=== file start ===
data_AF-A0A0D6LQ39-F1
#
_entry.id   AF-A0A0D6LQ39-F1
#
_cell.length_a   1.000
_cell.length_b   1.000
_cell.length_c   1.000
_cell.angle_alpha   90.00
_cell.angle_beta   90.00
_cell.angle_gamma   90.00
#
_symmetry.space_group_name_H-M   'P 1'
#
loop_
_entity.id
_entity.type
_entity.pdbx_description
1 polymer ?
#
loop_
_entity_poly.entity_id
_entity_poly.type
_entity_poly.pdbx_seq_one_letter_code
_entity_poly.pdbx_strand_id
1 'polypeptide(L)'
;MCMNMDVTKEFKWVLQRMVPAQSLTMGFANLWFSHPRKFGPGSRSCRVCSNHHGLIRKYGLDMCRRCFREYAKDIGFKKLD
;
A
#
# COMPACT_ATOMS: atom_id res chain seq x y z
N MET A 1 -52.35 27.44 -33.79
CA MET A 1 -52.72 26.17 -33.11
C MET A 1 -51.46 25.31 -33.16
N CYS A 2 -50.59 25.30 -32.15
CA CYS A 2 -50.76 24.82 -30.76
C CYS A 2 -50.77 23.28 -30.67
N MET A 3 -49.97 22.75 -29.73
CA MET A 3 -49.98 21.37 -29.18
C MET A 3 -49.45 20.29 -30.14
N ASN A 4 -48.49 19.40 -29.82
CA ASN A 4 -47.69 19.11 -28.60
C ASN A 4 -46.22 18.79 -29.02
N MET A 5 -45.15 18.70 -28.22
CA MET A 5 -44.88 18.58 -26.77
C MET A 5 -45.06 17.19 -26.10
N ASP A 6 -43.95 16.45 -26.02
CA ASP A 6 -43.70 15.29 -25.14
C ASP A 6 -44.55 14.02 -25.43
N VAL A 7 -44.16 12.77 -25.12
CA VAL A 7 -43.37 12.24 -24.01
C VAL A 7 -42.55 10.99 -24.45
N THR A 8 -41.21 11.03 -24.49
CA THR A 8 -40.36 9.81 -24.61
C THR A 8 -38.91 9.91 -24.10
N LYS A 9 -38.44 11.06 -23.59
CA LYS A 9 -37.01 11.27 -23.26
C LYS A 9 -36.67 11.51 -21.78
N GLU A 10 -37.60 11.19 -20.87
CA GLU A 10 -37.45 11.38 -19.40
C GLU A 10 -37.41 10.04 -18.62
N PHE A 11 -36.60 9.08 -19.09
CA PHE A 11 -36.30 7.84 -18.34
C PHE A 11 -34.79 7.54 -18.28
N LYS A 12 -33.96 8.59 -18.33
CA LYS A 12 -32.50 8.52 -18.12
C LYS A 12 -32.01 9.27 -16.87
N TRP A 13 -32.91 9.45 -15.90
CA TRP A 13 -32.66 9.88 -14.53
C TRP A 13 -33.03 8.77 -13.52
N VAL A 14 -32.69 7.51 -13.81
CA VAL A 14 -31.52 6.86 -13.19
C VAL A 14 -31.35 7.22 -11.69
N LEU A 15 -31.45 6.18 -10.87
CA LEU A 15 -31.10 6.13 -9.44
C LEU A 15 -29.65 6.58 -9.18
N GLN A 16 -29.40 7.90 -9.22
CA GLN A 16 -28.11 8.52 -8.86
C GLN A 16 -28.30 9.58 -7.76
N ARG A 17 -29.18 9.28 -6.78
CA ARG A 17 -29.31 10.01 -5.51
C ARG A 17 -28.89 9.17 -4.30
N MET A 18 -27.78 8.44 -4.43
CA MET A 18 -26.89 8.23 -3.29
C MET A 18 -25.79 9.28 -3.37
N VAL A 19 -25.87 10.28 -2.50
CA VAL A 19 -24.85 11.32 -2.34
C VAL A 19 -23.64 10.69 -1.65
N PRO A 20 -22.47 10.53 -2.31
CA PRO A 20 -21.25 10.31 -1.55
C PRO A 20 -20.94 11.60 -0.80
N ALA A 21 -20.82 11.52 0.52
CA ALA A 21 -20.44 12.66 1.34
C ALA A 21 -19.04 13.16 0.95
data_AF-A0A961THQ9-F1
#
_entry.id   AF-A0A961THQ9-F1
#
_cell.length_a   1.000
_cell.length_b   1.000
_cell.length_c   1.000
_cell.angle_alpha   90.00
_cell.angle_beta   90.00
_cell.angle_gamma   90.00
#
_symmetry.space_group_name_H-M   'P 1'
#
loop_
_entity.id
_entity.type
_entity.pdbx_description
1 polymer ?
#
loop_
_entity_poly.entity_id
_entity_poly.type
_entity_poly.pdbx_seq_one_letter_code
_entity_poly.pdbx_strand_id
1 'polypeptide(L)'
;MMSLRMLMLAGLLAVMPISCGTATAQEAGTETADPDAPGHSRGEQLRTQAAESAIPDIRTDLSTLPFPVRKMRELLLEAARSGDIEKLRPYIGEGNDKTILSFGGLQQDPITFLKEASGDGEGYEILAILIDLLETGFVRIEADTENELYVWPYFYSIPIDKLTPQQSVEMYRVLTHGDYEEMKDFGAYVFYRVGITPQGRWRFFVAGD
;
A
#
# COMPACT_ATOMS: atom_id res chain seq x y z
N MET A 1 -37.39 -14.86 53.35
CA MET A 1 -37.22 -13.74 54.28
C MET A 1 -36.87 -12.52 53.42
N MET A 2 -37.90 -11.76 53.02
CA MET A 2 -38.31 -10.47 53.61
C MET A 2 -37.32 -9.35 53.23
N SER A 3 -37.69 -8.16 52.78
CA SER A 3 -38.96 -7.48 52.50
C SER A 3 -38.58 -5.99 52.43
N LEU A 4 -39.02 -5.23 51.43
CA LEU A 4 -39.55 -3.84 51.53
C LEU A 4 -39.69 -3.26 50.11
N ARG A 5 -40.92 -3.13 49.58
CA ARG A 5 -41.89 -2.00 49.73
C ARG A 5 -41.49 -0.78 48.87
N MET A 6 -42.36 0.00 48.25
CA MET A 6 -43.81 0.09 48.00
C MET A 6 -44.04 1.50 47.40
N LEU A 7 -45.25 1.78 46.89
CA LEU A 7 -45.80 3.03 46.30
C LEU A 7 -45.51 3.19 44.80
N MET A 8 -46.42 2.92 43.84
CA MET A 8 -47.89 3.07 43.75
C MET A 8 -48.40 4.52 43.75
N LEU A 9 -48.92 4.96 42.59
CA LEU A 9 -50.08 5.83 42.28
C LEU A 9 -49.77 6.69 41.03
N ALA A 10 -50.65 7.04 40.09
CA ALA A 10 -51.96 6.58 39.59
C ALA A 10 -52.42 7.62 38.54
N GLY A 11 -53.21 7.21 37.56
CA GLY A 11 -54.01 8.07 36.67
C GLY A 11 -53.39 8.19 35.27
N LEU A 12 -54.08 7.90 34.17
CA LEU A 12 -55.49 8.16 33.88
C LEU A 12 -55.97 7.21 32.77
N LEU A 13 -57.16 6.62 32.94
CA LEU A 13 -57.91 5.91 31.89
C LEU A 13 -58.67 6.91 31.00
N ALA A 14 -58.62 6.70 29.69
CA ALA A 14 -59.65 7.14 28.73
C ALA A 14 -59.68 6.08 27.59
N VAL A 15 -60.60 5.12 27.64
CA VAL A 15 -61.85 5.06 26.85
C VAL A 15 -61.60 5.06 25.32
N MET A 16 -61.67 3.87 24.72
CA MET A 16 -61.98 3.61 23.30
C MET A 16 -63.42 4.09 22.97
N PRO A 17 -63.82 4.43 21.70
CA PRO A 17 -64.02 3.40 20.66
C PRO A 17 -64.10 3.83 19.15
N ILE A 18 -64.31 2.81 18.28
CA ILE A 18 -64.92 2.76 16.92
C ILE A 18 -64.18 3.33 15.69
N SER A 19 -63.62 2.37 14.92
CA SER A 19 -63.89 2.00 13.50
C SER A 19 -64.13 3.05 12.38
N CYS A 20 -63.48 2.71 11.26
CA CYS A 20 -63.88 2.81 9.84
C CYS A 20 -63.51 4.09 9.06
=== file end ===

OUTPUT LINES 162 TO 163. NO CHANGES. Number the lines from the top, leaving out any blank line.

C LEU A 13 -58.67 6.91 31.00
N ALA A 14 -58.62 6.70 29.69